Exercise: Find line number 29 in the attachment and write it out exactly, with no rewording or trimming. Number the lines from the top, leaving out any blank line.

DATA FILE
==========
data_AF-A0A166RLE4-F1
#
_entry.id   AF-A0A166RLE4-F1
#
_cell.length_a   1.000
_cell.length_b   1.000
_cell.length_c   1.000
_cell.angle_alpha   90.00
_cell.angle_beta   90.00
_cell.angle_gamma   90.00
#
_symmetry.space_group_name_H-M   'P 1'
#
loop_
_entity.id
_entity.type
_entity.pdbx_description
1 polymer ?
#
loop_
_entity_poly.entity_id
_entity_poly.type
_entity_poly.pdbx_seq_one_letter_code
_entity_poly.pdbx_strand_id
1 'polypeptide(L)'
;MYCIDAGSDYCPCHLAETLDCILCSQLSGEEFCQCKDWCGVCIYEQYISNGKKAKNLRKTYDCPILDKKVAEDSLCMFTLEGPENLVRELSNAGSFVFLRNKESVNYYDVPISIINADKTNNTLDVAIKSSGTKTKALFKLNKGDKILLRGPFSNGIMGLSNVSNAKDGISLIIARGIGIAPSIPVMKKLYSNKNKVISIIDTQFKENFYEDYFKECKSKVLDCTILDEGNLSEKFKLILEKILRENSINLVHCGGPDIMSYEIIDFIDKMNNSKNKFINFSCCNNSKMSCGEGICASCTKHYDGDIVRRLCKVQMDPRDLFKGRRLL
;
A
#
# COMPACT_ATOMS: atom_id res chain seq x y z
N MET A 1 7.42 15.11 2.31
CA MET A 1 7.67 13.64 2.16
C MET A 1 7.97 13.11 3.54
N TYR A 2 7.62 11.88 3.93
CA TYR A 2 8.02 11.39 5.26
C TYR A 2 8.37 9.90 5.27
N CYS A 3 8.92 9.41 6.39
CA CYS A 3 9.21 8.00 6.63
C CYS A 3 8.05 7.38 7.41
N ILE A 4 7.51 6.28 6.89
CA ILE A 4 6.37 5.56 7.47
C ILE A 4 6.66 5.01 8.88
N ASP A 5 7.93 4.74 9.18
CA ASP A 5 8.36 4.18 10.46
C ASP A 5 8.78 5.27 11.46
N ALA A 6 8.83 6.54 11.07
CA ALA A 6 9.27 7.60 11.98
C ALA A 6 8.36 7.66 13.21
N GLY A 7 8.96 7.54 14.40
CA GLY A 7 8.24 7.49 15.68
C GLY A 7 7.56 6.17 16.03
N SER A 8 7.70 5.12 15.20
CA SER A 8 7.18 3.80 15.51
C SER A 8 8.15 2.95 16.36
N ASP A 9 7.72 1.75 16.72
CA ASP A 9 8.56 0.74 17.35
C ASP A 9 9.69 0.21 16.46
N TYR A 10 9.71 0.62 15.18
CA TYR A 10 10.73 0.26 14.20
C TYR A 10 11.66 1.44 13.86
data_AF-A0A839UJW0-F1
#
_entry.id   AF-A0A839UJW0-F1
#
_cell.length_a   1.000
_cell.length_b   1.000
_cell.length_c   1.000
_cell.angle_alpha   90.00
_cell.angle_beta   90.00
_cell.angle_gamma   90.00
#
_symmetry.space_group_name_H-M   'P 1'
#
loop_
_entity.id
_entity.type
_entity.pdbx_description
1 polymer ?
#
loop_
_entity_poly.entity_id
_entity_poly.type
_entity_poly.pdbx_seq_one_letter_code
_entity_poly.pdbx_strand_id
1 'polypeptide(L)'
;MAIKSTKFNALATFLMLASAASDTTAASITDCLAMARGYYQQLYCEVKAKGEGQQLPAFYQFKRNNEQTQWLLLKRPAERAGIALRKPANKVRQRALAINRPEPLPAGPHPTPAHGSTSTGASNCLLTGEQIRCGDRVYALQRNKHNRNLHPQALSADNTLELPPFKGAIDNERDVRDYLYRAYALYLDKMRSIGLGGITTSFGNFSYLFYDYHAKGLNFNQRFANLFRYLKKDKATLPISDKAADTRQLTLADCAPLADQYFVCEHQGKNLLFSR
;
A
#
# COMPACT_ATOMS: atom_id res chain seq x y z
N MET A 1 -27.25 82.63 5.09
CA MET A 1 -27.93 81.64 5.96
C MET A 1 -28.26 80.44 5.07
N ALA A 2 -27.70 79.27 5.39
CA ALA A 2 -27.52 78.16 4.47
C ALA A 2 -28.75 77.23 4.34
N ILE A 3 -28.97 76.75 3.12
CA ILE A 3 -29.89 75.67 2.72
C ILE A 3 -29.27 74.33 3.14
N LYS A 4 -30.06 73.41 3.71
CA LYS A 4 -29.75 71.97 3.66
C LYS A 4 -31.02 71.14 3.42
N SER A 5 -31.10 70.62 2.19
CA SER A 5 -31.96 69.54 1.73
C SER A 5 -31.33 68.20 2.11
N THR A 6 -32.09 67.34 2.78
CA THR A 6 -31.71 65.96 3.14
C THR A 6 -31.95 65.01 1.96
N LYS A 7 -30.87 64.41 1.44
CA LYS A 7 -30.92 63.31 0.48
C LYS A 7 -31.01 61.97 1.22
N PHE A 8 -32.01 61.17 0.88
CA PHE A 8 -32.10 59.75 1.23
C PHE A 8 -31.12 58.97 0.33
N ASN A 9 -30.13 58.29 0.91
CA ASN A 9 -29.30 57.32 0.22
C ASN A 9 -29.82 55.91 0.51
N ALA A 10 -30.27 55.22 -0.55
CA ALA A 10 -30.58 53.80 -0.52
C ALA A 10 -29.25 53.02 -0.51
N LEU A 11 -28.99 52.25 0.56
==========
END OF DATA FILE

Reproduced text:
#